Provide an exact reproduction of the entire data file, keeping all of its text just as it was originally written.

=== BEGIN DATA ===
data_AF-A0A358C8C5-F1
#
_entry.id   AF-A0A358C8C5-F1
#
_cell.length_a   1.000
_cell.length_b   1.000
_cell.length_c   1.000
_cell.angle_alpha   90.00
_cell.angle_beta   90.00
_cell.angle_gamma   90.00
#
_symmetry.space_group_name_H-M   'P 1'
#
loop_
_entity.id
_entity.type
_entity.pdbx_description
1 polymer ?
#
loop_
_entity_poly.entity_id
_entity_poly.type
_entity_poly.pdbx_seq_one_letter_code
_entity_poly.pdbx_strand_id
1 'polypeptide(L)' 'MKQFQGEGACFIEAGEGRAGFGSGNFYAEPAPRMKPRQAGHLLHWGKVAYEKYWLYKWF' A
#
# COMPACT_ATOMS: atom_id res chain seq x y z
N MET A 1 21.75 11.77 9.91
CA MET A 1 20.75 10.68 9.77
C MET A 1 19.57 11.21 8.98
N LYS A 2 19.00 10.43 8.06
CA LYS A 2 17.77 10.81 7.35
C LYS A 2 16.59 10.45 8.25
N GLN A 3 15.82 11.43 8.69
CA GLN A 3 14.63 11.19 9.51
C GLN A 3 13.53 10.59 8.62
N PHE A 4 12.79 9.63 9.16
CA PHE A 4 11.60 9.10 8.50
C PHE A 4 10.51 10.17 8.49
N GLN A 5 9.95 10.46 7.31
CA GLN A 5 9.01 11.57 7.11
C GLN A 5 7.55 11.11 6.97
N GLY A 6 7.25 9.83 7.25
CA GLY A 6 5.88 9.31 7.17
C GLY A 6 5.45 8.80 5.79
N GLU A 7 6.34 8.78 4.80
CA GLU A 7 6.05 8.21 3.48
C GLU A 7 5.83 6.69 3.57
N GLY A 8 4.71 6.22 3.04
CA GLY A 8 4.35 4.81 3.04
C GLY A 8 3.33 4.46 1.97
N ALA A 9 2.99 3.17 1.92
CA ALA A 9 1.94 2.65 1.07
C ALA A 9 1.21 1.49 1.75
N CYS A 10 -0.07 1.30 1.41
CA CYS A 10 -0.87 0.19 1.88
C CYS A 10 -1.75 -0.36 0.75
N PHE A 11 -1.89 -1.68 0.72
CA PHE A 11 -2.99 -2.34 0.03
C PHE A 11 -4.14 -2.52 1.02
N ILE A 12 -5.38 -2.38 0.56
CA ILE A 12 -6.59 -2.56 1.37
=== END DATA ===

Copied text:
data_AF-A0A358C8C5-F1
#
_entry.id   AF-A0A358C8C5-F1
#
_cell.length_a   1.000
_cell.length_b   1.000
_cell.length_c   1.000
_cell.angle_alpha   90.00
_cell.angle_beta   90.00
_cell.angle_gamma   90.00
#
_symmetry.space_group_name_H-M   'P 1'
#
loop_
_entity.id
_entity.type
_entity.pdbx_description
1 polymer ?
#
loop_
_entity_poly.entity_id
_entity_poly.type
_entity_poly.pdbx_seq_one_letter_code
_entity_poly.pdbx_strand_id
1 'polypeptide(L)' 'MKQFQGEGACFIEAGEGRAGFGSGNFYAEPAPRMKPRQAGHLLHWGKVAYEKYWLYKWF' A
#
# COMPACT_ATOMS: atom_id res chain seq x y z
N MET A 1 21.75 11.77 9.91
CA MET A 1 20.75 10.68 9.77
C MET A 1 19.57 11.21 8.98
N LYS A 2 19.00 10.43 8.06
CA LYS A 2 17.77 10.81 7.35
C LYS A 2 16.59 10.45 8.25
N GLN A 3 15.82 11.43 8.69
CA GLN A 3 14.63 11.19 9.51
C GLN A 3 13.53 10.59 8.62
N PHE A 4 12.79 9.63 9.16
CA PHE A 4 11.60 9.10 8.50
C PHE A 4 10.51 10.17 8.49
N GLN A 5 9.95 10.46 7.31
CA GLN A 5 9.01 11.57 7.11
C GLN A 5 7.55 11.11 6.97
N GLY A 6 7.25 9.83 7.25
CA GLY A 6 5.88 9.31 7.17
C GLY A 6 5.45 8.80 5.79
N GLU A 7 6.34 8.78 4.80
CA GLU A 7 6.05 8.21 3.48
C GLU A 7 5.83 6.69 3.57
N GLY A 8 4.71 6.22 3.04
CA GLY A 8 4.35 4.81 3.04
C GLY A 8 3.33 4.46 1.97
N ALA A 9 2.99 3.17 1.92
CA ALA A 9 1.94 2.65 1.07
C ALA A 9 1.21 1.49 1.75
N CYS A 10 -0.07 1.30 1.41
CA CYS A 10 -0.87 0.19 1.88
C CYS A 10 -1.75 -0.36 0.75
N PHE A 11 -1.89 -1.68 0.72
CA PHE A 11 -2.99 -2.34 0.03
C PHE A 11 -4.14 -2.52 1.02
N ILE A 12 -5.38 -2.38 0.56
CA ILE A 12 -6.59 -2.56 1.37